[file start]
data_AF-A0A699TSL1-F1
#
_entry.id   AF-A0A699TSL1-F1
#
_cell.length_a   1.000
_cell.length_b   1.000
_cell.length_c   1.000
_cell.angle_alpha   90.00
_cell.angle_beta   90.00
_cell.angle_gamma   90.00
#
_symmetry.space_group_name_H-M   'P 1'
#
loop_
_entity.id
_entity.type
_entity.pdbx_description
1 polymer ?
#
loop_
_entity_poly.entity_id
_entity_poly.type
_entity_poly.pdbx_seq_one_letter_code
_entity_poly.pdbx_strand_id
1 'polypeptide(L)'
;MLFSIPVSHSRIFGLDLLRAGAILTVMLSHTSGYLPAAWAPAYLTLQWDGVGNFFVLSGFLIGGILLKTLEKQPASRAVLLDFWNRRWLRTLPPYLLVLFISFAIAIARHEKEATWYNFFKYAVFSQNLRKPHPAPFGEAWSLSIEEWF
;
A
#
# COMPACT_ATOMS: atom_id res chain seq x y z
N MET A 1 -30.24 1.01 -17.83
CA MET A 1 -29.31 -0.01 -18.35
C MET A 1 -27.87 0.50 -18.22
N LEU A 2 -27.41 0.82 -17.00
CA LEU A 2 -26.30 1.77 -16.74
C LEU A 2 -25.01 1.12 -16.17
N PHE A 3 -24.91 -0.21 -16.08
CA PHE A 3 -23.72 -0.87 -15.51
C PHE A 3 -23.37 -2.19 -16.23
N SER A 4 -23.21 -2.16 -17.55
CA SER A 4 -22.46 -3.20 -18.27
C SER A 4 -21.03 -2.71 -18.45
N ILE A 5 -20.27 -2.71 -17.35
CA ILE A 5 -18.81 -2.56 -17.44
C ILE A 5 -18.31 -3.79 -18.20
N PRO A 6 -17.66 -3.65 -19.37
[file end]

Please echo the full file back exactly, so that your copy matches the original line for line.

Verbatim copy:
data_AF-A0A699TSL1-F1
#
_entry.id   AF-A0A699TSL1-F1
#
_cell.length_a   1.000
_cell.length_b   1.000
_cell.length_c   1.000
_cell.angle_alpha   90.00
_cell.angle_beta   90.00
_cell.angle_gamma   90.00
#
_symmetry.space_group_name_H-M   'P 1'
#
loop_
_entity.id
_entity.type
_entity.pdbx_description
1 polymer ?
#
loop_
_entity_poly.entity_id
_entity_poly.type
_entity_poly.pdbx_seq_one_letter_code
_entity_poly.pdbx_strand_id
1 'polypeptide(L)'
;MLFSIPVSHSRIFGLDLLRAGAILTVMLSHTSGYLPAAWAPAYLTLQWDGVGNFFVLSGFLIGGILLKTLEKQPASRAVLLDFWNRRWLRTLPPYLLVLFISFAIAIARHEKEATWYNFFKYAVFSQNLRKPHPAPFGEAWSLSIEEWF
;
A
#
# COMPACT_ATOMS: atom_id res chain seq x y z
N MET A 1 -30.24 1.01 -17.83
CA MET A 1 -29.31 -0.01 -18.35
C MET A 1 -27.87 0.50 -18.22
N LEU A 2 -27.41 0.82 -17.00
CA LEU A 2 -26.30 1.77 -16.74
C LEU A 2 -25.01 1.12 -16.17
N PHE A 3 -24.91 -0.21 -16.08
CA PHE A 3 -23.72 -0.87 -15.51
C PHE A 3 -23.37 -2.19 -16.23
N SER A 4 -23.21 -2.16 -17.55
CA SER A 4 -22.46 -3.20 -18.27
C SER A 4 -21.03 -2.71 -18.45
N ILE A 5 -20.27 -2.71 -17.35
CA ILE A 5 -18.81 -2.56 -17.44
C ILE A 5 -18.31 -3.79 -18.20
N PRO A 6 -17.66 -3.65 -19.37